Article 13 (3) describes the concepts ‘law’ and ‘law in force. This clause portrays that the term ‘law’ under the said article circumscribes any order, regulation, custom, usage, bye-law, notification etc., which has the force of law in India. On the contrary, ‘law in force’ is inclusive of all the laws which were made by the legislature of the country or any other competent authority, before the onset of the Constitution of India, which has not been repealed once. This is nevertheless the fact that this law may not be in force in some particular areas.
What are essential Religious Practices?
To explain the essential elements of religion, the Honorable Apex Court entrusted the Doctrine of Essential Religious Practices. Before this, the Apex Court had to explain what exactly is a religion, and sort out the pleadings against the legislations which were tagged as controlling religious institutions, and establish the boundaries of the religious institutions.
In the case of Commissioner, Hindu Religious Endowments, Madras vs. Shri Lakshmindar Tirtha Swamiyar of Shri Shirur Mutt, a line was drawn between what were the matters regarding religion and what was not. It was penned down that the religious opinions and the acts done in contemplation of those suggestions or opinions are termed as religious practices. It this implicit that the Apex Court has mentioned that the rituals, modes of worship, and ceremonies everything falls under the ambit of essential practices of the religion. These have to be safeguarded to the extent that they are within the limits of Article 25 and Article 26 of the Constitution of India.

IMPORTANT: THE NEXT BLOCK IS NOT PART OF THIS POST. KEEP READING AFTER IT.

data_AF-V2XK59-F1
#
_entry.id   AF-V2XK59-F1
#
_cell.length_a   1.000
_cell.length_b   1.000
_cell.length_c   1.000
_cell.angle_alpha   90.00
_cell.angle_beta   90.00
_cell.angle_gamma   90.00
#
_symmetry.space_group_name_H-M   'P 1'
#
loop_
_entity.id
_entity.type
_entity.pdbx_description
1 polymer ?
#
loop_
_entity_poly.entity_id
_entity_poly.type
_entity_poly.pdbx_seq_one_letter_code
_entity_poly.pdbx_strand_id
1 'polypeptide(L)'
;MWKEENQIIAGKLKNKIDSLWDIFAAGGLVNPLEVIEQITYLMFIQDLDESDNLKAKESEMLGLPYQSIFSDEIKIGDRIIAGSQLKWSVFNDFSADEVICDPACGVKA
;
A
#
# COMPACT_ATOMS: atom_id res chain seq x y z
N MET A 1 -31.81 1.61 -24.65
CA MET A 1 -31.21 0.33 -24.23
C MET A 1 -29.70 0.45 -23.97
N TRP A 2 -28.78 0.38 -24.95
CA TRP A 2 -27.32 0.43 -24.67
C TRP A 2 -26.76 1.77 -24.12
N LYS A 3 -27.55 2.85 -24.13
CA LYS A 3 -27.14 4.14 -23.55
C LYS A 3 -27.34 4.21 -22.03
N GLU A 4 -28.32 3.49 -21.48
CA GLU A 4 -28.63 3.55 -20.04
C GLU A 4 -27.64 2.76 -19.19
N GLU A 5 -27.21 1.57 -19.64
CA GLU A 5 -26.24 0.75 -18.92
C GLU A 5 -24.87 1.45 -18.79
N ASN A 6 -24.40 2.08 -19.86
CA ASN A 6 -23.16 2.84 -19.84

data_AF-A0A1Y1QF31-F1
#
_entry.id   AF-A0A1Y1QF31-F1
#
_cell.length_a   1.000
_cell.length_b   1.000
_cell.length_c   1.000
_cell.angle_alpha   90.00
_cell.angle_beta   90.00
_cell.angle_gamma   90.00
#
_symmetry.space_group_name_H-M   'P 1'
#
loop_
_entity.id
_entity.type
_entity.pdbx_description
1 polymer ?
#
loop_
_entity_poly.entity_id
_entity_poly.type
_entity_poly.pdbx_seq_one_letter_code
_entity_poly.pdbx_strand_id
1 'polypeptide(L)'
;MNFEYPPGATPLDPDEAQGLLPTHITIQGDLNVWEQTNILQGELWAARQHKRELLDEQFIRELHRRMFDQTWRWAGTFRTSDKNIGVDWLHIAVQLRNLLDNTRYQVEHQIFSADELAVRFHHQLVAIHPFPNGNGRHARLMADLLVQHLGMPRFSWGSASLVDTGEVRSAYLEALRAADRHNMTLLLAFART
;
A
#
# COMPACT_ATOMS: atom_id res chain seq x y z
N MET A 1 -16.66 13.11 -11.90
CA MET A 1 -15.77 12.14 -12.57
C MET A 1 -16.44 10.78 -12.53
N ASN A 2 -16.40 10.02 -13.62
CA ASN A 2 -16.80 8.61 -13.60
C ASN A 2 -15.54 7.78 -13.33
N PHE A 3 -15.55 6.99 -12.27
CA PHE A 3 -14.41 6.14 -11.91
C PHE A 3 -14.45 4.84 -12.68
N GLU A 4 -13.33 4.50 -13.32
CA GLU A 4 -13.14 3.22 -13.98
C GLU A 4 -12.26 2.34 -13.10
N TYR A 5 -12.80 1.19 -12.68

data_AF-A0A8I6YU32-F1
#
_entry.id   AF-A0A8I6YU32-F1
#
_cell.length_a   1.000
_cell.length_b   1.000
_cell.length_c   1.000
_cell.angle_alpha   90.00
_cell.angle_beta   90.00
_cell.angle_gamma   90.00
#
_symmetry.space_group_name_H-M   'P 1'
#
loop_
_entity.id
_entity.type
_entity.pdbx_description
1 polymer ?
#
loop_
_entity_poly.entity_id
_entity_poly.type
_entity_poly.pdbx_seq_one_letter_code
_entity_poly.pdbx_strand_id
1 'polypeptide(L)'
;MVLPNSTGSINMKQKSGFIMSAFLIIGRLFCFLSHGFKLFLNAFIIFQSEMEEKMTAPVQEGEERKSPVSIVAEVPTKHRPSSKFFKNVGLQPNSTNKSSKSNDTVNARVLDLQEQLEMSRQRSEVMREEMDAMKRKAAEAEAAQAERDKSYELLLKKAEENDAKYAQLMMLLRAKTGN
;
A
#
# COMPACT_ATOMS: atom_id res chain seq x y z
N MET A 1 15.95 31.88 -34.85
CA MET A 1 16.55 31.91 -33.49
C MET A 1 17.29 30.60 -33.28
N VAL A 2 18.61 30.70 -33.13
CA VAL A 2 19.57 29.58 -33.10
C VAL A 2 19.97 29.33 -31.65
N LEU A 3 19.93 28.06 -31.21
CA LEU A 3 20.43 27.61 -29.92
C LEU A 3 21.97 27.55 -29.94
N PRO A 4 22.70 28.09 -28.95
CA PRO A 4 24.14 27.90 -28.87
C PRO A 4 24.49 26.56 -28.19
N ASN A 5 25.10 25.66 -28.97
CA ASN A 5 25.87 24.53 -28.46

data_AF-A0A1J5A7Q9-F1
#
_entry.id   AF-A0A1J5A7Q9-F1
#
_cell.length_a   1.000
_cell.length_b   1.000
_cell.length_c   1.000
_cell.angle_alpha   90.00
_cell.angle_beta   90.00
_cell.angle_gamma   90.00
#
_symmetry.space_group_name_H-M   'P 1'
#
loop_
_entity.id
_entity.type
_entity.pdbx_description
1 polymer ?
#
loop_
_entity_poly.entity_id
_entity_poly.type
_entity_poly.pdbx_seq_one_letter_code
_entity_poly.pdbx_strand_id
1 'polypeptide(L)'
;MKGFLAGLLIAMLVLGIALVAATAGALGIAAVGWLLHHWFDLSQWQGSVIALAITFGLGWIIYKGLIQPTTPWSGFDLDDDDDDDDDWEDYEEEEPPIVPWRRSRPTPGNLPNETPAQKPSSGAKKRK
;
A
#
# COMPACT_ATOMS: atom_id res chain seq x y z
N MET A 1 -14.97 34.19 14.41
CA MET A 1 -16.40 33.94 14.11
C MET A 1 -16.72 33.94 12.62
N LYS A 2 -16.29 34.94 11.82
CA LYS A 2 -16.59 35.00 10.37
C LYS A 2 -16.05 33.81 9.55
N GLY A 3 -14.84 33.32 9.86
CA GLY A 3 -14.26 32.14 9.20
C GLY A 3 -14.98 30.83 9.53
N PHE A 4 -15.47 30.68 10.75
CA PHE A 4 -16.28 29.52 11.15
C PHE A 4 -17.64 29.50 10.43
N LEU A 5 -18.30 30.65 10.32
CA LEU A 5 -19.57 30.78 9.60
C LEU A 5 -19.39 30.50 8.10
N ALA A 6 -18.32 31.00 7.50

Analysis of Essential Legal Practices by the Indian Judiciary
The Indian Judiciary in several precedents has explained various aspects of essential religious practices.
As in the case of Jagdishwaranand v. Police Commissioner, Calcutta, the status of religious persuasion was accorded to the Community of Ananda Margis. Nonetheless, the native dance of the said community which is ‘tandav’ was not recognized as an essential element. This precedent by the Apex Court was a serious topic of debate all over India for which the High Court of Calcutta had to finally request the Apex Court to reconsider its decision.
Now coming forward to the most recent case of the Country I.e., The Indian Young Lawyers Association v. the State of Kerala, which is famously known as the Sabrimala Case, the Honorable Apex Court with its seven judges bench has clubbed three more cases which were also with respect to the rights of religion. The Court in its observation tried to maintain a balance between the two fundamental rights of the right to equality and the right to freedom of religion.
It is hard to recall the name of the case but in 2019 a group of Muslim women knocked at the doors of the Apex Court asking for their right to enter a mosque. The Apex Court here contended that the practice of forbidding Muslim women from entering into a mosque is not only derogatory to women but also an abrogation of fundamental rights.
There is no such clarity as of now in the Constitution regarding what amounts to essential legal practice. The Indian judiciary has responsibly taken upon itself the task to ascertain the different aspects of this essentiality. Looking at the abundance of the precedents, we can observe that various aspects of the essentiality doctrine have been entrenched by the Indian Judiciary.